Secondly, in the event of a non-negotiated outcome between the UK and the EU the UK and Ireland should explore bilateral agreements. A bilateral agreement on extradition is particularly needed. The EAW depoliticised extradition North and South and whilst there is political will on both sides for this to continue, falling back on the 1957 Convention forces extradition back into the political space. There are few legal limitations on a bilateral extradition agreement which could, in some respects, even offer improvements to the EAW. Bilateral agreements cannot replace EU databases and EU data protection rules will apply to any agreement which includes the exchange of personal information. An EU data adequacy decision would make the conclusion of bilateral arrangements much easier. However, in the absence of such a decision the UK and Ireland will need to work together to ensure Irish LEAs can be satisfied that appropriate safeguards are in place.
Exploitation Route The network to date has aimed to inform the brexit negotiations and preparations. It has now turned its attention to understanding the implications of Part III of the Trade and Cooperation Agreement for cooperation between the UK and Ireland. A conference scheduled for April 2020 had to be cancelled due to the pandemic and the funding has been extended until September 2021. In the last 6 months events and activities will focus on how the TCA can be implemented and supplemented to ensure that cooperation between the UK and Ireland can not only be maintained but enhanced.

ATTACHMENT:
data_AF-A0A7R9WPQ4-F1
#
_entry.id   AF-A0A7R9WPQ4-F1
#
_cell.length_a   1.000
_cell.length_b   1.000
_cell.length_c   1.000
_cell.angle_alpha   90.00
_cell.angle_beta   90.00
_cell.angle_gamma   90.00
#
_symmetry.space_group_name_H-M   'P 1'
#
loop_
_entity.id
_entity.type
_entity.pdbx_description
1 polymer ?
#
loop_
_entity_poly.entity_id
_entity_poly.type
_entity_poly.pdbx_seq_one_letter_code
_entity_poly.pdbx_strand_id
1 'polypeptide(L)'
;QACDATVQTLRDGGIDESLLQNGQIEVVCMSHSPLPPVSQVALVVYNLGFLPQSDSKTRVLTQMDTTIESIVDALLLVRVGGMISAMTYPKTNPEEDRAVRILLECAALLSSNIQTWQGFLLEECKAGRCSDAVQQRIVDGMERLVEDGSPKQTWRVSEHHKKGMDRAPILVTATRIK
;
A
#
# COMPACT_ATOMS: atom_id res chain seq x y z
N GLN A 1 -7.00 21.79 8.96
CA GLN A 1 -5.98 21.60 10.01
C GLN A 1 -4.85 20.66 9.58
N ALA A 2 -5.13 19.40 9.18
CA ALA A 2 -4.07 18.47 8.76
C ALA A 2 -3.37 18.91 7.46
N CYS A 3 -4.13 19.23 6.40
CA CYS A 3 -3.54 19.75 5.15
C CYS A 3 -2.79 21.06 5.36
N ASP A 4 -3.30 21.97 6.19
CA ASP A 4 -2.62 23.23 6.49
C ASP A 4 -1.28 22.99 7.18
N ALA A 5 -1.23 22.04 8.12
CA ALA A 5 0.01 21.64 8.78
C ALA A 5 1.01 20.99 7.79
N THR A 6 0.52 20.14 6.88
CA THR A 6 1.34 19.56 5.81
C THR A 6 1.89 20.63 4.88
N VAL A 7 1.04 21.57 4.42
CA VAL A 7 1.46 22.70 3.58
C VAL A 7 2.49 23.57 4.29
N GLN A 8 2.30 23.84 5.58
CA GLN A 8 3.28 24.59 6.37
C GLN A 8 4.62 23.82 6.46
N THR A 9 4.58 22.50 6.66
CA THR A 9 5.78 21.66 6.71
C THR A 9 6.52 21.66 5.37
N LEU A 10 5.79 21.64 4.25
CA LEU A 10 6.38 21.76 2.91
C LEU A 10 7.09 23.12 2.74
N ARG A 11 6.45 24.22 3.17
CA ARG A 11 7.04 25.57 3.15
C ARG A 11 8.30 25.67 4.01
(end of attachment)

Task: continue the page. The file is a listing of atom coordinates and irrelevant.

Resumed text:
Sectors Government, Democracy and Justice

Description The network and its outputs have directly enhanced the level of cooperation and coordination between criminal justice agencies in the UK and Ireland and ensured they were better prepared for Brexit through improved policy development and increased inter-agency cooperative experience and capacity. This has been captured through survey and individual testimony. The findings have also informed the political discussions in the UK government of the criminal justice implications for cross-border cooperation with the EU after Brexit. Written and oral evidence has been given to the UK Government as detailed above and the outputs of the network were used to inform confidential briefings provided to individual MPs, shadow front bench teams, and parliamentary select committees, to assist with policy development; formulating inquiry terms of reference; and scrutiny of Government ministers and departments. This impact has also been captured through written testimony.